My hubby did alot of research on this and we tried it on our 20+ year old Cadi. We went from 13 MPG to 17 MPG. It saved us a lot on our road trip and was worth the purchase of Acetone. He put in 2 oz per 10 Gal. I don't remember any gas fume problem. We did have a couple of rough starts where the car didn't want to keep running or idle. But I think that was unrelated.

posted on May, 8 2006 @ 02:56 PM
Oldtimer2, APC

As far as Acetone breaking down components along the way to the engine, I believe that at the original link given, the author states some exhaustive testing with an Acetone formulation of 2% up to even 50% with no untoward effects.

Acetone not only helps to clean th4e fuel system, but the Author also states that it affects the SURFACE TENSION of Gasolene to the point that it helsp the fuel air mixture to combust better. There is also speculation that the use of Ethanol as an additive does not help but rather incresses the surface tension, thereby becoming a hinderance in acheiving good milage.

I found another site where some very serious approach to Testing this premiss and other ideas concerning Acetone.

posted on May, 8 2006 @ 03:06 PM

Originally posted by mythatsabigprobeWhat worried me was that after a couple of tanks with acetone added, both vehicles had an incident where I could smell unburned fuel.

I'd be worried, too! Add acetone -- get into an accident... Do you not suspect some cause and effect relation here?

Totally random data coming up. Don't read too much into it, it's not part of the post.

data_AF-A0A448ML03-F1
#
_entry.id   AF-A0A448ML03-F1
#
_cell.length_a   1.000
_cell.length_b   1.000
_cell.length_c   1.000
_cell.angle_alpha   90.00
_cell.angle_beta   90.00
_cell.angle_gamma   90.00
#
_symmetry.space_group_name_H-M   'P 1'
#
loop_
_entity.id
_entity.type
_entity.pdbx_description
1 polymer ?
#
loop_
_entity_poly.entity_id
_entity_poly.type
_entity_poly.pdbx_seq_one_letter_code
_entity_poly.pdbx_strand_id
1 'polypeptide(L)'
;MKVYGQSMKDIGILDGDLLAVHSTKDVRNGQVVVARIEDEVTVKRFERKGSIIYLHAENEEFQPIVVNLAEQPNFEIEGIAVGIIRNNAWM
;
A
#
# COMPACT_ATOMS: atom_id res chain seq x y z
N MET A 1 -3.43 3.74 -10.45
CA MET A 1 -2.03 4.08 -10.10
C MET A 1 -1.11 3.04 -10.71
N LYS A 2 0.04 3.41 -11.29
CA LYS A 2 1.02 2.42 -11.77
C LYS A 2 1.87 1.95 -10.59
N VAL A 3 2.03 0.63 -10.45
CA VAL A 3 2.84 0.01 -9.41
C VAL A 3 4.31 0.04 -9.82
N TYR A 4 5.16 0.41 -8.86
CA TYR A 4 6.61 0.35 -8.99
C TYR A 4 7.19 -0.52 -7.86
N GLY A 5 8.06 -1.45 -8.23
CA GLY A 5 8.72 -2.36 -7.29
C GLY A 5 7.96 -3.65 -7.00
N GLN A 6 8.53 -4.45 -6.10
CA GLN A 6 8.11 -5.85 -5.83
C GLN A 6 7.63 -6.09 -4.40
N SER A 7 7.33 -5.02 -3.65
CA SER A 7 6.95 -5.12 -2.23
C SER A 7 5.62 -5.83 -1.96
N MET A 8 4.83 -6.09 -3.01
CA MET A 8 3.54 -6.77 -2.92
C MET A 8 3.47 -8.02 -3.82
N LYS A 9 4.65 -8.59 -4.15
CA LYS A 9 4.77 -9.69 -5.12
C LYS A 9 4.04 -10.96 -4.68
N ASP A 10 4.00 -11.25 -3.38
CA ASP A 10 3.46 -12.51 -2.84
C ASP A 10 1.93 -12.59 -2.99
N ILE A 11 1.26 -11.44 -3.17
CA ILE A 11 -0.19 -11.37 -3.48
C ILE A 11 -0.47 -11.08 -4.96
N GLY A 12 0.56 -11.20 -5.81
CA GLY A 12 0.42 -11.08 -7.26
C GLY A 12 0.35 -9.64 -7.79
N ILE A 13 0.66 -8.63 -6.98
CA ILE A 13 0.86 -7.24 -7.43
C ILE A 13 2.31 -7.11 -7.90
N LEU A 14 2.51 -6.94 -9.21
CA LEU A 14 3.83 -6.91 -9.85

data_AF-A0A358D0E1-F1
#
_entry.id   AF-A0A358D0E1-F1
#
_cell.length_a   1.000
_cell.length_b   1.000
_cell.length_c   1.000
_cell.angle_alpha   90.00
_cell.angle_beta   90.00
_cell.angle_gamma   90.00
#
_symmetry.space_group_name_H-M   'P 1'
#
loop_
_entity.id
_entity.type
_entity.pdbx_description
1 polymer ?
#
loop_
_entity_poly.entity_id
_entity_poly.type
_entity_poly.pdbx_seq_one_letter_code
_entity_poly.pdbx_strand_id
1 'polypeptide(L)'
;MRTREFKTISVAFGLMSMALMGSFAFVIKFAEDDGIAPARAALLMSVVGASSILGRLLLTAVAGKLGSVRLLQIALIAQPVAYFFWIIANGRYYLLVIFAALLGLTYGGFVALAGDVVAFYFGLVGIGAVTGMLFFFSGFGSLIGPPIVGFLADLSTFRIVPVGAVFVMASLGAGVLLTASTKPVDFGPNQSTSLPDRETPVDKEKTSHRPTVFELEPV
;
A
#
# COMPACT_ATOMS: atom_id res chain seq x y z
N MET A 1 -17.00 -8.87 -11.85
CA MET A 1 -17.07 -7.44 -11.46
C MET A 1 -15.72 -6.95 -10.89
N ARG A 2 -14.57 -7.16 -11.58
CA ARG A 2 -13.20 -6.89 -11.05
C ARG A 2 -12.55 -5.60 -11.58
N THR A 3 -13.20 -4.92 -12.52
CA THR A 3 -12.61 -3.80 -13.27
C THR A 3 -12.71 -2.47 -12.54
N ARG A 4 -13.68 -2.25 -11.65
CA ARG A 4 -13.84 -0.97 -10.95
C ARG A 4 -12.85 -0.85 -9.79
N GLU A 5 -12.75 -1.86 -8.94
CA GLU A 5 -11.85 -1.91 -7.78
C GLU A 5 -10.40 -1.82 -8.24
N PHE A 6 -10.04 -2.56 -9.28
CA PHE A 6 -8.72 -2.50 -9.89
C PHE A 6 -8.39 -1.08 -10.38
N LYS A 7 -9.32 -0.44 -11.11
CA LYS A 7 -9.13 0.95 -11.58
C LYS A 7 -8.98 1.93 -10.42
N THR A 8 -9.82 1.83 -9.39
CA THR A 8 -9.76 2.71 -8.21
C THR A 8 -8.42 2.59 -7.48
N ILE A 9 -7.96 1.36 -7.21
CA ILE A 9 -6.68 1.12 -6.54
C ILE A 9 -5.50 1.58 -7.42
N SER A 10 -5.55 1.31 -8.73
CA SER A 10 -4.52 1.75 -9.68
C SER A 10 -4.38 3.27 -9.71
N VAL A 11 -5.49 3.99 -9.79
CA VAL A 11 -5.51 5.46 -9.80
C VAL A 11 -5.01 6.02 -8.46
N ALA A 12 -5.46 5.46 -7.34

posted on May, 8 2006 @ 03:38 PM
Wouldn't it just be worth making sure that, when you get a new car, to get one that has a high mpg rating? I mean, we're talking at best 2-4 mpg increases here right?

posted on May, 8 2006 @ 03:39 PM
I put 5 oz of Acetone into 18 gal of gas in a 1992 Lincoln Continental. The car has an on board computer for monitoring milage. Before milage was 27 - 28 on the highway. After milage, 32 - 33 and continuing to increase after changing over to sythetic oil.

I had to suspend the test as the speedometer sensor went out The computer cant determine the milage if it isnt getting speed input

If the expected savings can be as high as 35% dont you think the oil industry is going to try to stop this?

posted on May, 8 2006 @ 03:58 PM
Gasoline is a pretty harsh solvent to begin with, so I probably won't hurt your gaskets. Acetone could help mileage by cleaning your fuel system out a little, but so will ethanol. I guess the key is not to overdo it.

My sage advice is to try it, and if it works, brag to all your buddies how much of genius you are for sticking it to the big oil companies.

If it doesn't work, stop doing it and brag to all your friends about how much of a genius you are for testing and confirming that the believers are a bunch of idiots.